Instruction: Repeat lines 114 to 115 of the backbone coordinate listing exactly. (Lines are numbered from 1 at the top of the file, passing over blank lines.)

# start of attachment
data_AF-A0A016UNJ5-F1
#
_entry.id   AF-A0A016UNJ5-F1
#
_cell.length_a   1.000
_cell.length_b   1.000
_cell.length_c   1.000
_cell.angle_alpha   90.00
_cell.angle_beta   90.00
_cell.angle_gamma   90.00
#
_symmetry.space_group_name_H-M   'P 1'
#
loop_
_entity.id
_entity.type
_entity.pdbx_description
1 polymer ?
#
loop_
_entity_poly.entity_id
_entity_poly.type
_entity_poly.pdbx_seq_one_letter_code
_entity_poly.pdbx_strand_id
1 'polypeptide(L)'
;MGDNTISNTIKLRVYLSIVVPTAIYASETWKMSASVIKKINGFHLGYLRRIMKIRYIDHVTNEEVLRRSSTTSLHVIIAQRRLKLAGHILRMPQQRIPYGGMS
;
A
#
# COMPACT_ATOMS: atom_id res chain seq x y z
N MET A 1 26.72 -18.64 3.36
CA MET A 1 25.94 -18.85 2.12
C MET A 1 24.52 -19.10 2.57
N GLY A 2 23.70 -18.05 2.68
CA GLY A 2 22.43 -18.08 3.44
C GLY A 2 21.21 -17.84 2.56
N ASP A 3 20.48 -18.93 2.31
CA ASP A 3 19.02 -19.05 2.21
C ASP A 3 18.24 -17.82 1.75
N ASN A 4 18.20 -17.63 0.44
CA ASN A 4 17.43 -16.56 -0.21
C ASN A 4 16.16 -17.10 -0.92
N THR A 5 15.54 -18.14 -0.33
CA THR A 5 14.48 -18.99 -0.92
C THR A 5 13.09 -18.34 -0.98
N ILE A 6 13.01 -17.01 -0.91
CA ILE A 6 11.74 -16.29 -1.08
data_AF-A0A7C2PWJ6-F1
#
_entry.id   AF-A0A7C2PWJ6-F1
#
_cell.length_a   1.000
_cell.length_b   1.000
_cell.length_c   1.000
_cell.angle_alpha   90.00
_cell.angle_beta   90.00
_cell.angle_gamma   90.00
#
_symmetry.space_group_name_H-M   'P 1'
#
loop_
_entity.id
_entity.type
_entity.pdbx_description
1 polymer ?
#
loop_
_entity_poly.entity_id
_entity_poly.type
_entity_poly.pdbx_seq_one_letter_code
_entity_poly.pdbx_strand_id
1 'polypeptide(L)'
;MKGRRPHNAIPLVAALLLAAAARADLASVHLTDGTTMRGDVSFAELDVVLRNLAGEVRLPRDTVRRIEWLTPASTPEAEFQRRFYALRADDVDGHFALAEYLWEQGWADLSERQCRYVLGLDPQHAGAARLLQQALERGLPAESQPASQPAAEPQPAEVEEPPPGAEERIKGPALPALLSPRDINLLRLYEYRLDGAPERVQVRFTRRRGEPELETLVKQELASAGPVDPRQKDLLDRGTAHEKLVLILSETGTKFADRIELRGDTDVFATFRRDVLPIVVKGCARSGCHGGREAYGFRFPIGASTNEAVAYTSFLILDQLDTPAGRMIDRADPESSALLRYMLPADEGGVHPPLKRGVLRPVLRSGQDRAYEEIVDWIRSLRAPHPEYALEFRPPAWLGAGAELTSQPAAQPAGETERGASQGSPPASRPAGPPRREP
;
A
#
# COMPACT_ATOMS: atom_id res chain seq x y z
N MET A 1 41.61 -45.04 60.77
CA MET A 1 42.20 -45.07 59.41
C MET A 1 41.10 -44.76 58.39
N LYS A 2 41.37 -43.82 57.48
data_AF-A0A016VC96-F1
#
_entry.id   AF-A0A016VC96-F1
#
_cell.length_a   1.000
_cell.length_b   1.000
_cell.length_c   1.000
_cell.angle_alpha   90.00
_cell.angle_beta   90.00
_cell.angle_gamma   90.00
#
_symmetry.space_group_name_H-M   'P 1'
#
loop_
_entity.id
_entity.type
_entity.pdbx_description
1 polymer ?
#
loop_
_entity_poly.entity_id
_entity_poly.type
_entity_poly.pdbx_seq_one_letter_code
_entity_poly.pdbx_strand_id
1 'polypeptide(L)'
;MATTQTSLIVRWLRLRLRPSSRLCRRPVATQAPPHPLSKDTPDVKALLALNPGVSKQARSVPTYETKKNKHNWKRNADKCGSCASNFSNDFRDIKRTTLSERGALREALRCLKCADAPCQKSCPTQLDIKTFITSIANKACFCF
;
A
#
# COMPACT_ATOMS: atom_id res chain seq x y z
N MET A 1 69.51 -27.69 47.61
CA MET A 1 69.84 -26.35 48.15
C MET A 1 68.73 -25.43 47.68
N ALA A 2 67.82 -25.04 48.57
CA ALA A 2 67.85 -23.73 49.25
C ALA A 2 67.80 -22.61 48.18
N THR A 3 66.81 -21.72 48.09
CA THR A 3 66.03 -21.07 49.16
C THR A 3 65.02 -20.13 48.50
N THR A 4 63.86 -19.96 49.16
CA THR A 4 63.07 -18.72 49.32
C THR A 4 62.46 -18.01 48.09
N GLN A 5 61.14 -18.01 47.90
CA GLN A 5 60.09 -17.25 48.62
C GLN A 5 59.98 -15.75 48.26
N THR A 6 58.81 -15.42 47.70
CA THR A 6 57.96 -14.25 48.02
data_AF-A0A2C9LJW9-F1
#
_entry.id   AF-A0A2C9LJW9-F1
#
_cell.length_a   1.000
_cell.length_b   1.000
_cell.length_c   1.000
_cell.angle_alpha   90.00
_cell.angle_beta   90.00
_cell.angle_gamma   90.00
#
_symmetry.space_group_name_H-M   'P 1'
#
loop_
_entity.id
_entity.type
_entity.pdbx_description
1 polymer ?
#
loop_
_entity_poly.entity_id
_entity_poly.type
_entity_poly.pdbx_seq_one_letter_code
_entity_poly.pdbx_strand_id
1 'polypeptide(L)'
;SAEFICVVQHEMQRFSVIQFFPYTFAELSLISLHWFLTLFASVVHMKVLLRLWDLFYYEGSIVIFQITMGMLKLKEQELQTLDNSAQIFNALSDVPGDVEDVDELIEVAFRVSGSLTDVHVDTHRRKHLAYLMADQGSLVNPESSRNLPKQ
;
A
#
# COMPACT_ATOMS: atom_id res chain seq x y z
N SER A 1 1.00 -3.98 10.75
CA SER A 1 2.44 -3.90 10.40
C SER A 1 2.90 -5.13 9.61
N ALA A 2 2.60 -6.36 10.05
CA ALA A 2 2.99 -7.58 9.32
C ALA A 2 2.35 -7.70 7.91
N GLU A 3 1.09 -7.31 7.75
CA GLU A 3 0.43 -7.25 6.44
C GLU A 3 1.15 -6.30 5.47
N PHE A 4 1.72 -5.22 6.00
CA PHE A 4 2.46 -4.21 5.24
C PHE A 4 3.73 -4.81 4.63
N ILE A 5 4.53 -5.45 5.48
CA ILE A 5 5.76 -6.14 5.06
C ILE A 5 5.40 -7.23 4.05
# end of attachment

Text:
C MET A 1 68.73 -25.43 47.68
N ALA A 2 67.82 -25.04 48.57